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Where’s my heat coming from?

Where’s my heat coming from? You might think the answer to this is obvious – the fire doh!

But not so fast – sometimes it’s the fire, sometimes the embers, sometimes the refractory material – and all those different sources mean you can do different kinds of cooking with them.

Also the different types of oven means they have different heat sources so you need to bear that in mind when you’re cooking with yours.

Where's my heat coming from?

This week’s #woodfiredweekly

Do check out this week’s #woodfired weekly on our youtube channel and let us know if you have any queries.

Where’s my heat coming from?- Refractory Ovens

A refractory oven like our Bushmans will store heat in its walls and floor like a 360 degree heating element and as long as you have it well insulated, will hold the heat for some time. This will give you a long stable environment (12-18 hours) for baking and slow-cooking as well as being able to cook with fire and embers for more quickly cooked steaks, fish, pizzas of course and other flatbreads.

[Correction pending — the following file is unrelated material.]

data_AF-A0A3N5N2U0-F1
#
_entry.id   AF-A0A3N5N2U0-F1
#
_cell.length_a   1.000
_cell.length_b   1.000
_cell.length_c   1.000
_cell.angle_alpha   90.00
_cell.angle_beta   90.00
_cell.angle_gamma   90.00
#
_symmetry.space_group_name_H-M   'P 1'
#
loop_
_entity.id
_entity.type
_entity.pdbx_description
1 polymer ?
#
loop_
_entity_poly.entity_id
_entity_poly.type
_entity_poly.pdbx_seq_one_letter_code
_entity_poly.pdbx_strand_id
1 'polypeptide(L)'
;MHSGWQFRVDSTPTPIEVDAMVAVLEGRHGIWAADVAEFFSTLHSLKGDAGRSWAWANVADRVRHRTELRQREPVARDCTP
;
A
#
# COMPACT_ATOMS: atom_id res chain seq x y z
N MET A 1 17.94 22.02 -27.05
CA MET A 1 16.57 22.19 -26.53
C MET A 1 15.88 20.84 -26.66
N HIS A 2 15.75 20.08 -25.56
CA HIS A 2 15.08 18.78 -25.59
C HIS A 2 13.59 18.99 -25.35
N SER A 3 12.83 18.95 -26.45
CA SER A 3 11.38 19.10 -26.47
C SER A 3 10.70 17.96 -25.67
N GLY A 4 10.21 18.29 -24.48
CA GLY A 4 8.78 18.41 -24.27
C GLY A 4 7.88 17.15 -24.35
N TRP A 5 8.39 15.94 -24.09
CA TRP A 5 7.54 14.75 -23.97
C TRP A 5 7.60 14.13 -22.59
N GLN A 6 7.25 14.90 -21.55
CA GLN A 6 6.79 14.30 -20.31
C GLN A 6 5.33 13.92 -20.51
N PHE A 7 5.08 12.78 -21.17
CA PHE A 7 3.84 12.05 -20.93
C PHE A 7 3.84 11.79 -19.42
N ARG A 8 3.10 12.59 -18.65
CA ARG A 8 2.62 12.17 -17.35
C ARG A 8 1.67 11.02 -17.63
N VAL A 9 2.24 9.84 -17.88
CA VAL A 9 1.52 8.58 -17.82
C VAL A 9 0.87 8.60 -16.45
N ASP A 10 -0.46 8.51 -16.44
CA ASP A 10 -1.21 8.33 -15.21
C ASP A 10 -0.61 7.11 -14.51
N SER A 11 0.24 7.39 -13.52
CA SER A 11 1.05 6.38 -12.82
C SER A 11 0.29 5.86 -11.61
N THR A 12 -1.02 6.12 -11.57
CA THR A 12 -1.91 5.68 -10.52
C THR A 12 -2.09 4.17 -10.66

Where's my heat coming from?

Refractory Ovens like our Bushmans

Where’s my heat coming from?- Steel Ovens

Our Alfa 4 Pizze Oven is made of steel with some insulation and a refractory base which means it heats up really quickly, just needs a small fire to keep the heat up and will hold the heat for 2-3 hours.

Where's my heat coming from?

Our Alfa 4 Pizze

Where’s my heat coming from?- Cast Iron Ovens

Our Morso Forno is made from cast iron with a ceramic cooking floor so doesn’t keep much heat without a good bed of embers or a fire burning. Once you get to grips with it however, you can still roast smaller bits of meat and bake some breads; you just need to think through how it’s all going to work before you start cooking.

Where's my heat coming from?

Bread from the Morso Forno

As the heat comes out of the top of the oven, we’ve been experimenting with using that heat source for cooking on – great for slow-cooked sauces and for cooking pizzas and flatbreads.

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